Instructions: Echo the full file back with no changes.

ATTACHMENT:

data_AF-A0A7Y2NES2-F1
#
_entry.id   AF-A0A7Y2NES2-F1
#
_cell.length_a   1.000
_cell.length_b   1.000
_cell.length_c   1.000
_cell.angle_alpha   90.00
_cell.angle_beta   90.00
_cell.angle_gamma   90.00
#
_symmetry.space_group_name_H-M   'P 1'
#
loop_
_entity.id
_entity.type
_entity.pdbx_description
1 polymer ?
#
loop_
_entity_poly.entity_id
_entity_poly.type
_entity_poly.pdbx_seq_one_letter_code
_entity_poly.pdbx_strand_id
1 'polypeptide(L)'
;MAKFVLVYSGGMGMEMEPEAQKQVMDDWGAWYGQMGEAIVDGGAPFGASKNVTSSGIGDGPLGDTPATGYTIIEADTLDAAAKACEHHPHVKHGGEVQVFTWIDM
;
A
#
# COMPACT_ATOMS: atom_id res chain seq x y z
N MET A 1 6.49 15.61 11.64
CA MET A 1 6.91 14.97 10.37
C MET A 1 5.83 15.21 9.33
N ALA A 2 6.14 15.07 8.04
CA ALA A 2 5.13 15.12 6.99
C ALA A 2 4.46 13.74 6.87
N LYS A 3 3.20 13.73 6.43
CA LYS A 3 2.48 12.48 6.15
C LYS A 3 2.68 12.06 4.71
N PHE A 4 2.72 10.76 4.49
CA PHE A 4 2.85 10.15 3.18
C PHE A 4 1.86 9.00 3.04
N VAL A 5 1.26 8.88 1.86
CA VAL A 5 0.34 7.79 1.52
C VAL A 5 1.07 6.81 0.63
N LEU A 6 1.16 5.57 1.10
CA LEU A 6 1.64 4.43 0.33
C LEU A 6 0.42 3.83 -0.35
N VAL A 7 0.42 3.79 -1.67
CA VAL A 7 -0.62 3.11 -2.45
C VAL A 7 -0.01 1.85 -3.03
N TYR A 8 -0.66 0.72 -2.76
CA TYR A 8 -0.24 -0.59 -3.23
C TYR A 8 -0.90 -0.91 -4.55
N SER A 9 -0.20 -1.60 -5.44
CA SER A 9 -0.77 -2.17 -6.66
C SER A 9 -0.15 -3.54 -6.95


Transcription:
data_AF-A0A7Y2NES2-F1
#
_entry.id   AF-A0A7Y2NES2-F1
#
_cell.length_a   1.000
_cell.length_b   1.000
_cell.length_c   1.000
_cell.angle_alpha   90.00
_cell.angle_beta   90.00
_cell.angle_gamma   90.00
#
_symmetry.space_group_name_H-M   'P 1'
#
loop_
_entity.id
_entity.type
_entity.pdbx_description
1 polymer ?
#
loop_
_entity_poly.entity_id
_entity_poly.type
_entity_poly.pdbx_seq_one_letter_code
_entity_poly.pdbx_strand_id
1 'polypeptide(L)'
;MAKFVLVYSGGMGMEMEPEAQKQVMDDWGAWYGQMGEAIVDGGAPFGASKNVTSSGIGDGPLGDTPATGYTIIEADTLDAAAKACEHHPHVKHGGEVQVFTWIDM
;
A
#
# COMPACT_ATOMS: atom_id res chain seq x y z
N MET A 1 6.49 15.61 11.64
CA MET A 1 6.91 14.97 10.37
C MET A 1 5.83 15.21 9.33
N ALA A 2 6.14 15.07 8.04
CA ALA A 2 5.13 15.12 6.99
C ALA A 2 4.46 13.74 6.87
N LYS A 3 3.20 13.73 6.43
CA LYS A 3 2.48 12.48 6.15
C LYS A 3 2.68 12.06 4.71
N PHE A 4 2.72 10.76 4.49
CA PHE A 4 2.85 10.15 3.18
C PHE A 4 1.86 9.00 3.04
N VAL A 5 1.26 8.88 1.86
CA VAL A 5 0.34 7.79 1.52
C VAL A 5 1.07 6.81 0.63
N LEU A 6 1.16 5.57 1.10
CA LEU A 6 1.64 4.43 0.33
C LEU A 6 0.42 3.83 -0.35
N VAL A 7 0.42 3.79 -1.67
CA VAL A 7 -0.62 3.11 -2.45
C VAL A 7 -0.01 1.85 -3.03
N TYR A 8 -0.66 0.72 -2.76
CA TYR A 8 -0.24 -0.59 -3.23
C TYR A 8 -0.90 -0.91 -4.55
N SER A 9 -0.20 -1.60 -5.44
CA SER A 9 -0.77 -2.17 -6.66
C SER A 9 -0.15 -3.54 -6.95